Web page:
On Monday, Steve Paikin put questions from viewers to two experts about the Ontario horse racing industry. People involved in the breeding and racing of horses in Ontario have been in a state of crisis since the government announced last spring that it was ending the Slots At Racetracks Program (SARP), which had been a major revenue generator for tracks. Without that money, many predicted the industry would wither away and cost the province tens of thousands of jobs.
We asked John Snobelen of the Transition of Ontario Horse Racing Industry panel and Dennis Mills of Racing Future to respond to a new agreement between the government and several racetracks that promised to restore at least some of the revenue that would disappear with the end of SARP. Steve asked some questions of his own, and then posed several questions sent in by you, our viewers. You can watch that conversation above.
One More Answer to a Question
One viewer was particularly upset that we didn't get a chance to put her questions to Snobelen and Mills. So I decided to follow up with the two of them to see what their answer would have been.
The person's questions were:
The previous revenue-sharing agreement was not a "subsidy." The future transitional funding most assuredly IS. From where will this unspecified funding be drawn? The racing industry had been falsely accused previously of taking money that should have gone into health care and education (when in fact it was funded by the discretionary gambling money put into slot machines). How does it defend itself now against similar claims? And what assurances does the racing industry have that this transitional funding won't be yanked out from under it just as easily as SARP was?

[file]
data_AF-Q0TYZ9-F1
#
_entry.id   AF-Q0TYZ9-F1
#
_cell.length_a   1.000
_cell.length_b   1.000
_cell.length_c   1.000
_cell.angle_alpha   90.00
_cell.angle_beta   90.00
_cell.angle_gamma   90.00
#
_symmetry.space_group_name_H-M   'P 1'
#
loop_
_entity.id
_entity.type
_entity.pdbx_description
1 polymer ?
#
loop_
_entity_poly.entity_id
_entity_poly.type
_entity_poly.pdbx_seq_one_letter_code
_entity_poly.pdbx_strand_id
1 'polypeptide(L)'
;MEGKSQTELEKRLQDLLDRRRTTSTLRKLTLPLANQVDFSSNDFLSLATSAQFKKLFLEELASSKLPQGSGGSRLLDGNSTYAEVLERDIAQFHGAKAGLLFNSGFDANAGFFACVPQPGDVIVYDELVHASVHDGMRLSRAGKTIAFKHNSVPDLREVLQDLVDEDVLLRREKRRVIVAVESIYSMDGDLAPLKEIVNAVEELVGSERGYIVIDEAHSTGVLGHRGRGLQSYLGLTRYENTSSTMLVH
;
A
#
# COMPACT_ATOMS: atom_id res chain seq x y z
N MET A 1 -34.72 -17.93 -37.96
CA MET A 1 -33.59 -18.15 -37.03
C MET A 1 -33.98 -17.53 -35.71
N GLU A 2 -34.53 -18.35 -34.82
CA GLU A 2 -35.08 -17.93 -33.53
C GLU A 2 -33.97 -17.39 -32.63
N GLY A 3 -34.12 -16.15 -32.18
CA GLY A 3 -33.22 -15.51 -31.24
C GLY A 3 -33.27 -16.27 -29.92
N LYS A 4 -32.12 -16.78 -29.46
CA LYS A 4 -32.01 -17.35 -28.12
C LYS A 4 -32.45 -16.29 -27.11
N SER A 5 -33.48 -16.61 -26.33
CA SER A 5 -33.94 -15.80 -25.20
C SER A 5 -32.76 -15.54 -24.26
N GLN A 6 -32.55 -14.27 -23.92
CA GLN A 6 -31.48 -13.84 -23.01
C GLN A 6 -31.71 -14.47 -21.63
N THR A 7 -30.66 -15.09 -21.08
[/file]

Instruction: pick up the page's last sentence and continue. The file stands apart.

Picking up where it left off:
I sent the above paragraph to both Mills and Snobelen. Here's what both e-mailed back.
It is not a subsidy as the slots are staying at the race tracks. The race tracks will continue to support the treasury by allowing the use of all the race track assets. Gaming approved lands, physical infrastructure, i.e., parking buildings, brand location, sharing of promotion, etc. OLG cannot produce another business model that is as lucrative to the treasury as this one. Its flaw was lack of transparency, therefore accountability. This is easy to fix. Bottom line, the best partnership in the province. Better than casinos!!!!
Was SARP a subsidy? You tell me.
Ontario owns the slot business. Therefore every dollar in slot revenue net of direct operating costs goes to the Ontario treasury.
If racing is a direct operating cost then subtracting purse money and track supports from the public revenue does not constitute a subsidy. Given that the racetracks have all entered into slot rental agreements without live racing supports would seem to indicate racing is not a direct operating cost.
The panel believes this is largely a moot point. Racing needs public support and the source of that funding is largely immaterial. The critical issue for racing is building a globally competitive racing product and building a local fan base.
The funding is from general revenues subject to a Treasury Board order. The fund will run for three years. The premier announced that horse racing will be reintegrated with the gaming strategy for long-term funding. Any government can cancel any agreement at any time (witness the SARP cancellation). The best way to avoid cancellation is a rigorous cost benefit analysis and regular reporting. Both will be a feature of the new racing model.